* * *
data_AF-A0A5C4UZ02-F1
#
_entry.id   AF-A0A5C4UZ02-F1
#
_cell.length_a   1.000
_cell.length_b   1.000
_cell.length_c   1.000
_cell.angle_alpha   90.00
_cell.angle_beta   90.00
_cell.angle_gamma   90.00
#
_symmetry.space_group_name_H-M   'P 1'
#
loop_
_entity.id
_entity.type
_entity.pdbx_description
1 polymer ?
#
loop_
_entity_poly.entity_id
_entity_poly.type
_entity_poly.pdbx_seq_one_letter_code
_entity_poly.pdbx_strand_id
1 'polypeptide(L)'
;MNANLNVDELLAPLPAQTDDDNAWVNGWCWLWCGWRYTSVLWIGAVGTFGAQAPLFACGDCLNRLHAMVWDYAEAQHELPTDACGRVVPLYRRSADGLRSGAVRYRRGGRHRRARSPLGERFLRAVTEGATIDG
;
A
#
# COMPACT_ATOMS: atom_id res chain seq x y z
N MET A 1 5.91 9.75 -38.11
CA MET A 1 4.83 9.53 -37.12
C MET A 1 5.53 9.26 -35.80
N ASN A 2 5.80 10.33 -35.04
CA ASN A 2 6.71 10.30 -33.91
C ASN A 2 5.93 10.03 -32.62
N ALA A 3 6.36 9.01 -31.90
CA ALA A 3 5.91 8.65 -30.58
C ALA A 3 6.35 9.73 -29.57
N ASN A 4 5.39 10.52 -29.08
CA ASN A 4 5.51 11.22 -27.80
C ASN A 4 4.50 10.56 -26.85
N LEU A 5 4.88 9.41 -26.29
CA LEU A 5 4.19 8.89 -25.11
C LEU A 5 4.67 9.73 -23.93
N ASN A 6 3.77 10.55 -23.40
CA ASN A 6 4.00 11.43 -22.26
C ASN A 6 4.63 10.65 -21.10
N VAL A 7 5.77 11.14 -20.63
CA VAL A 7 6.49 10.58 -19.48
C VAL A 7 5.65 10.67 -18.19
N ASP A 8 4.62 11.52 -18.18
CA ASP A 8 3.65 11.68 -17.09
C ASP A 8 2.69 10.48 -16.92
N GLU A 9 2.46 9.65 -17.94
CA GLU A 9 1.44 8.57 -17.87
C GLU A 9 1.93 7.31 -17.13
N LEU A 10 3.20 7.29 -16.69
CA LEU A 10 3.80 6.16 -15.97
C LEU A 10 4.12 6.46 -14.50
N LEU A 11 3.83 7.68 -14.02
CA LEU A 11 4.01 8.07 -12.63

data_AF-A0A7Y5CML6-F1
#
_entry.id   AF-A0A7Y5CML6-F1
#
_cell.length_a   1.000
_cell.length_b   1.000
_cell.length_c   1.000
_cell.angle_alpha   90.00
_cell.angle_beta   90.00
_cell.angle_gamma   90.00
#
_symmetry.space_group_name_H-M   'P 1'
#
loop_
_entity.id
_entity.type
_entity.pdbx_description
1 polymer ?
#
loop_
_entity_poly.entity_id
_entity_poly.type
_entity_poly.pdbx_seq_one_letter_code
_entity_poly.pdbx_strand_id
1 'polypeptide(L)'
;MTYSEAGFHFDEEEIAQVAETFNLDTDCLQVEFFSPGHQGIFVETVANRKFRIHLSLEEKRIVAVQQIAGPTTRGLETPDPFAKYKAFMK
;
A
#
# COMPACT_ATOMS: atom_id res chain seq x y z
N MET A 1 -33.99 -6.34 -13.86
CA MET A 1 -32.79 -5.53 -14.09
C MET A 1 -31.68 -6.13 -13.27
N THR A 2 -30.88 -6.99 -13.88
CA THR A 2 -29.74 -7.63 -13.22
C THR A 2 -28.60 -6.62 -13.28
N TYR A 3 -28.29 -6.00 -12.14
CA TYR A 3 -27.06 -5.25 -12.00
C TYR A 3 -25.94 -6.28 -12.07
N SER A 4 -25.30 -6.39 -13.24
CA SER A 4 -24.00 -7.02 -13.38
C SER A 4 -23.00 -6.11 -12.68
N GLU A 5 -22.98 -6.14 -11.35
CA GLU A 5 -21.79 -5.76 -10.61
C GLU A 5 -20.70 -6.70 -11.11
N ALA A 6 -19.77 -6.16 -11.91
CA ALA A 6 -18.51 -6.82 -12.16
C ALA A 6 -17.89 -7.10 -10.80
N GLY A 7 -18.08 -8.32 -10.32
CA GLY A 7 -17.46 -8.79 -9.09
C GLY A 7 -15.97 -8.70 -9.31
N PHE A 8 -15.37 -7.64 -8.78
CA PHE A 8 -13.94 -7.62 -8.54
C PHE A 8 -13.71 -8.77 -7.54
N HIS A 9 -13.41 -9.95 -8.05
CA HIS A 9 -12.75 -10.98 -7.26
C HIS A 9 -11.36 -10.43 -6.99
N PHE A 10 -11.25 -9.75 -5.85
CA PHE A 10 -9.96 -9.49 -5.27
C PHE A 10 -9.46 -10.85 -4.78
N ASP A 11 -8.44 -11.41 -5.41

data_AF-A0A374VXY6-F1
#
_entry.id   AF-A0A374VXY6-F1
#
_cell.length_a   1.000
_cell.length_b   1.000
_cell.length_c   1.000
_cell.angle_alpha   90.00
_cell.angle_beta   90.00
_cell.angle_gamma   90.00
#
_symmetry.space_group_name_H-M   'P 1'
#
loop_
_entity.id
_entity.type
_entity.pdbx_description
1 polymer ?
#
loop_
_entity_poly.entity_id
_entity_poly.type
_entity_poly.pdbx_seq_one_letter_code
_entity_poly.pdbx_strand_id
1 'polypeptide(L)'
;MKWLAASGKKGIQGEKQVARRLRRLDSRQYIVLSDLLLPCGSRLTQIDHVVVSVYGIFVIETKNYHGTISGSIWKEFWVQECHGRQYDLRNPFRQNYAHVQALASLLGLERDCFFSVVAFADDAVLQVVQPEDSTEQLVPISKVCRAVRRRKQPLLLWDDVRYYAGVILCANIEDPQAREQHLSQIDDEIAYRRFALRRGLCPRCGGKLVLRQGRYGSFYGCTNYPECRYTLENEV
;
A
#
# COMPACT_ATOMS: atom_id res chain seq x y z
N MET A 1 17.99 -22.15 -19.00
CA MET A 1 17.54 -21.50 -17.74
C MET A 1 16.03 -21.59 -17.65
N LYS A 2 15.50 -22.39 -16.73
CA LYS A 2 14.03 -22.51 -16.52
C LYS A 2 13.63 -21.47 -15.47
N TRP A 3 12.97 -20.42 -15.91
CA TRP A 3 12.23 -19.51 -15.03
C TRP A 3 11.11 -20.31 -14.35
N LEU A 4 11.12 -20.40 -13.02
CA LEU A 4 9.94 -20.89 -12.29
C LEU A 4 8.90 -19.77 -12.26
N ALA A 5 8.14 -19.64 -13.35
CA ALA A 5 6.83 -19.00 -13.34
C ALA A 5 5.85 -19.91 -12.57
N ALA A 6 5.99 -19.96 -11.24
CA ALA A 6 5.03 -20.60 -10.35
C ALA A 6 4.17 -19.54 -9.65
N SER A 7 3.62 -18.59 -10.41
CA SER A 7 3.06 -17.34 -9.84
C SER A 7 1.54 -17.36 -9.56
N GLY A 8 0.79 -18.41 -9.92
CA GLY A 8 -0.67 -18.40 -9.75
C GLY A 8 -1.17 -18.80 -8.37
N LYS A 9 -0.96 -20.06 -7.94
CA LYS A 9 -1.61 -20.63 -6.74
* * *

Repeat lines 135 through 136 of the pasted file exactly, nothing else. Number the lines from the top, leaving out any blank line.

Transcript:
_symmetry.space_group_name_H-M   'P 1'
#